Yokozuna Comparisons
Joe Kuroda
SFM’s historian, JK, wraps his two-part article on the greatest of the tsuna wearers

Amateur Sumo's Global Aspirations
Courtesy: International Sumo Federation
What exactly is it and furthermore, what does it do? The ISF explain themselves and their purpose in existing

Rikishi of Old
Joe Kuroda
Man or myth? Sumo's first yokozuna comes under the spotlight

Heya Peek
Barbara Ann Klein
Tokitsukaze-beya and its famous find themselves the target of Barbara's peek into life inside the heya

SFM Interview
Mark Buckton
Featuring interviews with amateur sumo's European Sumo Union General Secretary and the President of the newly founded Irish Sumo Federation

Sumo 101
Barbara Ann Klein
Would chanko exist without sumo? What is chanko anyway? Find out in Sumo 101

Photo Bonanza
See the Haru
Basho through the eyes of the fans in the seats as SFM gives the mantle of photographer(s) for this basho to Barbara & Gerald Patten. And don't miss our all-Mongolian Bonanza supplied by our Editor, Barbara Ann Klein

Haru Basho Review
Lon Howard
Lon gives us his Haru Basho summary, along with the henka sightings results

Lower Division Rikishi
Mikko Mattila
Mikko Mattila covers the lower division goings on like nobody else around

Natsu Basho Forecast
Mark Buckton
Mark Buckton glances back to look forward in his ones to look out for come May

Kimarite Focus
Mikko Mattila
Our man Mikko takes us on a tour of his chosen kimarite

Sumo in Print
Mark Buckton
Our gaming thread takes a break for April so we can look at the Spanish language book on the sport not long since released

Kokugi Connections
Todd Lambert
Todd’s bimonthly focus on 3 of the WWW's best sumo sites today

Fan Debate
Facilitator – Lon Howard
April's man VS monkey debate covers the issue of reducing the number of honbasho

SFM Cartoons
Benny Loh & Stephen Thompson
Sit back and enjoy the offerings

Let’s Hear From You
What was it that
made you a sumo fan? Thierry Perran lets us in on his reasons for loving this sport

Readers’ Letters
See what some
See what our featured letter is for this issue

Sumo Quiz
The Quizmaster
Answer the Qs and win yourself next basho’s banzuke.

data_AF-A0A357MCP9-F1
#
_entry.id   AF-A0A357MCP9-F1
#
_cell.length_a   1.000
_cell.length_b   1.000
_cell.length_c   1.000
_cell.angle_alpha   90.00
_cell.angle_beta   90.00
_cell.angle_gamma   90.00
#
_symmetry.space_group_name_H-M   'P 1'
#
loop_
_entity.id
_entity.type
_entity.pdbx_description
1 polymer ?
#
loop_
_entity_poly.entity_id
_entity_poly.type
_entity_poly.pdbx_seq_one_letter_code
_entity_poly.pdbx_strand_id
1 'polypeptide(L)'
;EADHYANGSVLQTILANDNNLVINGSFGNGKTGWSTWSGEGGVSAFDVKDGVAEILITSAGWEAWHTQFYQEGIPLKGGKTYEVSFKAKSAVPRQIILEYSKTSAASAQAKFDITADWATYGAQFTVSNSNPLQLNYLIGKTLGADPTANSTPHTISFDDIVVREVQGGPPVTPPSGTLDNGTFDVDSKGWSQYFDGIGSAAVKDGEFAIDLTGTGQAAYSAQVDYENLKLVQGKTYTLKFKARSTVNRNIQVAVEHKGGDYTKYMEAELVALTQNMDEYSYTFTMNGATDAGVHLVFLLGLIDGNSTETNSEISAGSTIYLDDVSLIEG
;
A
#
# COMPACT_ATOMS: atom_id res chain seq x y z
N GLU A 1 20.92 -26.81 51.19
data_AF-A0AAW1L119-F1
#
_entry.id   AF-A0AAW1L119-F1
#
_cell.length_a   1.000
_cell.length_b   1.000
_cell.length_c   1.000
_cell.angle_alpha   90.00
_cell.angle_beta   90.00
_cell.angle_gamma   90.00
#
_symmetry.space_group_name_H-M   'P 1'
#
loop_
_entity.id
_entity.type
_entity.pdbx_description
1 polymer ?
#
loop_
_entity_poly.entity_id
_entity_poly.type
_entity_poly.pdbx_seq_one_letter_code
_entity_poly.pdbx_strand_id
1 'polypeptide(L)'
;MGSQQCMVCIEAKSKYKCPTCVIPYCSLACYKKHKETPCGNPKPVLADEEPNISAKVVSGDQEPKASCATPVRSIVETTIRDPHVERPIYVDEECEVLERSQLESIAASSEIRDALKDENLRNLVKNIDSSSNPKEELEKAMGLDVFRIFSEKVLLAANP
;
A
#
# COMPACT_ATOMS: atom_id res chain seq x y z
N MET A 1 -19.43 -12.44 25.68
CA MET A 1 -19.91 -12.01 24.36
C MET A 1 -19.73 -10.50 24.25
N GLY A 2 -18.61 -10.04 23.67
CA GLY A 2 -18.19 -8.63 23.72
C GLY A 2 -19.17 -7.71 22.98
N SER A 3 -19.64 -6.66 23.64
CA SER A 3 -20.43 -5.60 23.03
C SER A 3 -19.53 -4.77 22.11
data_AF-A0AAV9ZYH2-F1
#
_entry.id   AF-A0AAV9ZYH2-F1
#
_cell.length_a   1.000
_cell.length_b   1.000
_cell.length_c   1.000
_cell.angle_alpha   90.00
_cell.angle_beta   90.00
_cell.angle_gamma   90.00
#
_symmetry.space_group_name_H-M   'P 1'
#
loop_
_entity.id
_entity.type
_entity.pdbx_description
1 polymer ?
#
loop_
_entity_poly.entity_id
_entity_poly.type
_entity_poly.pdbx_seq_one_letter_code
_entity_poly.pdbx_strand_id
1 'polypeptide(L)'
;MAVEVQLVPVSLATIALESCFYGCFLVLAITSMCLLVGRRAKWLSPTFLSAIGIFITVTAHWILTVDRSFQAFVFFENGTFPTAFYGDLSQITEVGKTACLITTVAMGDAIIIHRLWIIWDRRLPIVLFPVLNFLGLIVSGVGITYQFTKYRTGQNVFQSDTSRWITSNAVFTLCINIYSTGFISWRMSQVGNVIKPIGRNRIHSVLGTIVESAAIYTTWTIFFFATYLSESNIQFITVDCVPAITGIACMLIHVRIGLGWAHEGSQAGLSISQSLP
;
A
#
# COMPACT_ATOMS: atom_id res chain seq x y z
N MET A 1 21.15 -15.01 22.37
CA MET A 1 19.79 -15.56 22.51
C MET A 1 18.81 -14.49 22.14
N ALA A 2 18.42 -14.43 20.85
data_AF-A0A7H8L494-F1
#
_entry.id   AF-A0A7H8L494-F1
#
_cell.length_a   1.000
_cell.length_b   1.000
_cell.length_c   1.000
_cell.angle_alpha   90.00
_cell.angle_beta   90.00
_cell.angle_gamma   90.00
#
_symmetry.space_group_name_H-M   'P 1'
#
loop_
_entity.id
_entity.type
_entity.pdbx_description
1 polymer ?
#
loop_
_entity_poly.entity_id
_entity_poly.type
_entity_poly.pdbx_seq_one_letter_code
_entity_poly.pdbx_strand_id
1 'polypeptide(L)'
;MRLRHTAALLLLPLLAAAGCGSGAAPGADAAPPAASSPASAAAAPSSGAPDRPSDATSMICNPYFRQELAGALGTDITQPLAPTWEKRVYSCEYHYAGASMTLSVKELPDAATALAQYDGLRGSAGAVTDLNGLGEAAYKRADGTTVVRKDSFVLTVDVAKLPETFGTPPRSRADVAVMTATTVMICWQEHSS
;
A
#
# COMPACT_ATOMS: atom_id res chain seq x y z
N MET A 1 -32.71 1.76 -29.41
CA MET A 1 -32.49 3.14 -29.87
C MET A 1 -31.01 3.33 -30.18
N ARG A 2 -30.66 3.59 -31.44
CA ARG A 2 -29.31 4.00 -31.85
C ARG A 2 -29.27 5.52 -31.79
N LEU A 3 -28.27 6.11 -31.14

Fan Debate:
Reduce the Number of
Basho – Yea or Nay

Facilitated by Lon Howard

If one objective of sumo is to increase its international popularity, then expanding the time between basho in Japan ranks high among the options for action. As things stand now, the rikishi are slaves to their profession.

Maybe it's a vestige of the original desire of a nation emerging from feudalism – to harness and channel the energies of its itinerant ronin – but today, the schedule and the setup almost ensure exhaustion, injury and early retirement. If you leave the heya just for a few days after the basho, whether it's because your father's passed away in Europe or just to pay a quick visit to your childhood home in Mongolia, then you've fallen behind in training, which is a sure way to get yourself hurt.

After a basho, typically, only six weeks remain before the next one starts. Of course, your intensive preparation must begin well before then, but during the hiatus you face a never-ending series of obligations imposed by the Kyokai – public events, sing-alongs and demonstration bouts. There's no time to enjoy life. Join the sumo world as a teenager and your life will not

Our Fan Debates continue to focus on a number of ideas that have been floated as fixes for the alleged decline of sumo. This time, two of our readers will exchange opposing views on whether six basho per year are just too many for rikishi and/or fans to handle. For many fans, the recent growth of the twins known as kyujo and kadoban are palpable evidence that the rikishi are over-extended, and the fact that sports fans in general have so many more options to hold their attention suggests for them that the demand for sumo would go up if the supply were diminished.
Let's introduce our warriors:

Arguing for reducing the number of hon-basho is Kaiopectate – Killer Sock Monkey, an imaginary creature who loves sumo so much that he has joined an imaginary heya and fought many imaginary bouts. He is not really a killer, but only adopted that shikona in order to frighten opponents. Unfortunately, he loses most of his bouts but he still loves sumo and cares about the success and health of real sumo wrestlers.

Paul Sharp lives in the north east coastal town of Grimsby, England and feels that the current six basho per year is just right. Paul is a window cleaner, a gamer and a rocker; citing Playstation, chess, Kiss, AC/DC and the Ramones as
objects of his affection. Now, he is better known to fans on Sumo Forum as Fujisan ‘The Wolf’, in honor of former yokozuna Chiyonofuji. When not engrossed in internet sumo games and his other pursuits, Paul plays cards with friends, is active in his local church and spends time with Grace, his girlfriend of 10 years. He also represents the newly founded U.K. Sumo Association in an effort to promote sumo awareness in the U.K.

LH: Kaiopectate, In your opinion, what is so wrong with sumo today that calls for such an extreme measure as reducing the number of hon-basho?

KKSM: Should the number of basho per year be reduced from six? Yes! Give the guys a break!
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